Buying art at Papier

Isa Tousignant

Fill your coffers full of the perfect souvenirs at Papier: this annual art fair (on from April 20 to 22, 2018) is dedicated entirely to works of art on paper, meaning they’re light, rollable and easy to take home. Not only that, they’re more affordable than most other forms of art—so you can fill your entire house.

Discover more with our partners
Advertising
Thumbnail

Groundbreaking from the start

When Papier launched 11 editions ago, it was the first of its kind in North America. Because works on paper are easier to travel with than the average other medium, the fair unites galleries from beyond our fair city, which means you can see art by creators from Toronto, Edmonton, Ottawa, Winnipeg, Calgary, Regina and Halifax in addition to a TON from Montréal.

Thumbnail

A site to behold

The size of the Papier fair is impressive, bringing together the hustle and bustle of over 300 artists represented by 40 galleries—not to mention the hundreds of visitors. That means the site has to be representatively grand. This year it will again be held at Arsenal, among the city’s most impressive cultural spaces: a giant refurbished industrial building in Griffintown. While you’re there, check out the hopping antiques scene along Notre-Dame Street and the beautiful Lachine Canal a few blocks away.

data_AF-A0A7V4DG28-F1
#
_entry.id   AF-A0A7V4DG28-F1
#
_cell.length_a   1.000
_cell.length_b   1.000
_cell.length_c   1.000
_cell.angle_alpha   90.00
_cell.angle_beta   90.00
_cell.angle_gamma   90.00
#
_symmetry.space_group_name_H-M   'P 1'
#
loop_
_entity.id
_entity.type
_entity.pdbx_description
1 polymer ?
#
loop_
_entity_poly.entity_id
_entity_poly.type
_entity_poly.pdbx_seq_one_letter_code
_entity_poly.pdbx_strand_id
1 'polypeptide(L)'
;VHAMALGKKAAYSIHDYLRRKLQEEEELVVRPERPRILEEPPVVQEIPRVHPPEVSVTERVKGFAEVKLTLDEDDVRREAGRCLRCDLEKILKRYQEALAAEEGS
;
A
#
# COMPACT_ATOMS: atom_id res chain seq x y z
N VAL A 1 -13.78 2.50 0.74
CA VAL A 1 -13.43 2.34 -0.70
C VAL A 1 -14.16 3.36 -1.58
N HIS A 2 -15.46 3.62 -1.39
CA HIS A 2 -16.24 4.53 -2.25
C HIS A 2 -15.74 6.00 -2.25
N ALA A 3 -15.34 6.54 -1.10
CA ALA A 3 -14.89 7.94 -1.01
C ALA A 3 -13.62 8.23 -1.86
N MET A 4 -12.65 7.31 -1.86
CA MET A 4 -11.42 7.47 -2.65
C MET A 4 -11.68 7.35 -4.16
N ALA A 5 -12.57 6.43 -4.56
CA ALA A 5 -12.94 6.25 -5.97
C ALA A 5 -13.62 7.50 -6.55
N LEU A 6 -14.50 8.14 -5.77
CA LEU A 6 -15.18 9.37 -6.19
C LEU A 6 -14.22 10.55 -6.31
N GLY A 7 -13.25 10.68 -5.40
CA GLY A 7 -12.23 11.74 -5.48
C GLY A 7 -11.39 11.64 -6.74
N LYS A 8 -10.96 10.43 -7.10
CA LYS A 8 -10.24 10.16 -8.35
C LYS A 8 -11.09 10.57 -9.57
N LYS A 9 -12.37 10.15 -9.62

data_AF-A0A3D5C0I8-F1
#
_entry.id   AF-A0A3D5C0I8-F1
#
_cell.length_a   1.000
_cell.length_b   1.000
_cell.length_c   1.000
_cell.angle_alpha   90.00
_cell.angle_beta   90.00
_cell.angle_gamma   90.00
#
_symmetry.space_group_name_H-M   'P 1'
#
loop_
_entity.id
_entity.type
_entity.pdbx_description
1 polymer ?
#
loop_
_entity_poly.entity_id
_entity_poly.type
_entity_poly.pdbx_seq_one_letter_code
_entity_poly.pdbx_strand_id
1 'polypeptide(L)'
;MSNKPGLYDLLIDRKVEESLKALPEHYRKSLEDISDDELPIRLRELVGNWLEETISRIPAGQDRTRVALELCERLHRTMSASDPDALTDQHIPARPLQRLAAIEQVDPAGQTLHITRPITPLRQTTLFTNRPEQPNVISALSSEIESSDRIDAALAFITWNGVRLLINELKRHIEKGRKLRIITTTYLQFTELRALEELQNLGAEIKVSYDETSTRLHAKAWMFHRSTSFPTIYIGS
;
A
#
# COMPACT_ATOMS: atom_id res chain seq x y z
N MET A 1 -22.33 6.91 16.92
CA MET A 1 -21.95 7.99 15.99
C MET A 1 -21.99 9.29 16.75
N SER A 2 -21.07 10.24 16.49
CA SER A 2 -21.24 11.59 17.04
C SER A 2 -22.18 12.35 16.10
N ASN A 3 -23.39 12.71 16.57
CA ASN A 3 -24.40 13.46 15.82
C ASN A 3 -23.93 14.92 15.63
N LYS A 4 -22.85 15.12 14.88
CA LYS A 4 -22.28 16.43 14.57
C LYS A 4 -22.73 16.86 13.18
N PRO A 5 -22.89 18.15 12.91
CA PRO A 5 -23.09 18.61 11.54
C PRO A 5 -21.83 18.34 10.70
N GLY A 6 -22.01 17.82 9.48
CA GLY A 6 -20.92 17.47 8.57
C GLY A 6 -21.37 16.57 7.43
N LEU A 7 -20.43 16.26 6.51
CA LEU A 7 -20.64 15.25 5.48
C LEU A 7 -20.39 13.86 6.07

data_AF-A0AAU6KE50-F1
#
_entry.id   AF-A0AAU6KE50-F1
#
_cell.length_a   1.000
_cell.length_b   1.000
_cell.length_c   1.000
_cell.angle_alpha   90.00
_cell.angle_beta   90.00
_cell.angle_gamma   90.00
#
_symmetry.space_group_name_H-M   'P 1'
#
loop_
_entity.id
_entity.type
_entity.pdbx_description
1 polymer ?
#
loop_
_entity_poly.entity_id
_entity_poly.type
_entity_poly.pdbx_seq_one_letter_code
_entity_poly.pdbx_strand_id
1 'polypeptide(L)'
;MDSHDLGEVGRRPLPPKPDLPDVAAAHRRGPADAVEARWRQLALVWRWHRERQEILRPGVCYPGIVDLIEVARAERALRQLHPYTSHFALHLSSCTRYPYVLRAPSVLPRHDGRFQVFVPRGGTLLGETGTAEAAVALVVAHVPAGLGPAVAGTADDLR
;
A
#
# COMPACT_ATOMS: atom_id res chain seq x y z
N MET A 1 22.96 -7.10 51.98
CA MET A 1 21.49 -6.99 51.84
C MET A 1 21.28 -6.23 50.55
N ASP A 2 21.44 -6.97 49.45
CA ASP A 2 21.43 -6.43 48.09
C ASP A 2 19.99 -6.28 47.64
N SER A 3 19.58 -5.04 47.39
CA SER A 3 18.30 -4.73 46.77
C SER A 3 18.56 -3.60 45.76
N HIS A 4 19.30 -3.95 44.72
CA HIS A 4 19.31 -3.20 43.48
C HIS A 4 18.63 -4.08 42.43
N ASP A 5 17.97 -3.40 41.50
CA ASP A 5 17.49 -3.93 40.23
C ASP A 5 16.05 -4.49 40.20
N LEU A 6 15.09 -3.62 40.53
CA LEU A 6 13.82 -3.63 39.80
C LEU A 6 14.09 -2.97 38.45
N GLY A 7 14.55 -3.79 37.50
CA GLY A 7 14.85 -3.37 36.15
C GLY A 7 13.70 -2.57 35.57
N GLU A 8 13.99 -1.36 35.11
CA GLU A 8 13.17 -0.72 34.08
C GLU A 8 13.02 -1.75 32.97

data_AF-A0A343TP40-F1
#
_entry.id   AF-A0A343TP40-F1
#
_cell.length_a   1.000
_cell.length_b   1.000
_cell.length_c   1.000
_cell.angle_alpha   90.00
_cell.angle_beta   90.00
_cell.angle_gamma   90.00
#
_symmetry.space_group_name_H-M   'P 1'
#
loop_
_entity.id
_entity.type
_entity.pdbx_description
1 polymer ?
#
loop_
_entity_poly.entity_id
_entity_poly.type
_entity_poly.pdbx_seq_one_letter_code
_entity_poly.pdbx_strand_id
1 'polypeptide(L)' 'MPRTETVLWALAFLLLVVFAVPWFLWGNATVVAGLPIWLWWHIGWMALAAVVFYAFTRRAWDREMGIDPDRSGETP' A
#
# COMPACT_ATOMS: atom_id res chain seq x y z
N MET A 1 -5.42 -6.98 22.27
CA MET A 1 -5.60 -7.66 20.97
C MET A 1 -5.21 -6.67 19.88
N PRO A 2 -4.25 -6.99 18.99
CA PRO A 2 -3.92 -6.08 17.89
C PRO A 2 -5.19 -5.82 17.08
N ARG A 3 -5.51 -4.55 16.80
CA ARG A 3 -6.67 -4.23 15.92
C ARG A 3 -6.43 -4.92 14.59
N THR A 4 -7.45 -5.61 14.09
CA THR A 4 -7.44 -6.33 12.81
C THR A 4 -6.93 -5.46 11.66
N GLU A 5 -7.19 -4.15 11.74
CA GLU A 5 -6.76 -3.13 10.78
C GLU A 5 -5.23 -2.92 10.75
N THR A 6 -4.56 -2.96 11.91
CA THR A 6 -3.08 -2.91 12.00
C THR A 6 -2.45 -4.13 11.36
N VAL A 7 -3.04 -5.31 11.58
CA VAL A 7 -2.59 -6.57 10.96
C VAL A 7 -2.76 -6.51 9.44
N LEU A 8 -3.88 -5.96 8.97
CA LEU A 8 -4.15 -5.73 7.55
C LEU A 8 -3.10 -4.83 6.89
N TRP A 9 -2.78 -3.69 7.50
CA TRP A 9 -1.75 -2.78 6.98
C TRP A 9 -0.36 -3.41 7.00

Thumbnail

Food for the brain

In addition to the pleasure of just walking around the site looking (and shopping) for art, there’s lots to do at Papier. There are thematic guided tours in both English and French by the publishers of Esse, a Montréal art magazine, included in the entry fee. There’s also a whole program of free panel discussions, including topics Plotting the Future: Paper and the Evolution of Digital Art and Damage Control: Dealing with Controversy in Recent Contemporary Art. Spicy!

Isa Tousignant

Isa Tousignant, blogger

Isa Tousignant is an art and lifestyle writer based out of Montréal’s ecclectic Park Ex neighbourhood. She is Contributing Editor for Canadian Art magazine and freelances full-time for a wide variety of magazines and brands. She’s also a jewellery designer and passionate about animal costumes and their role in contemporary art.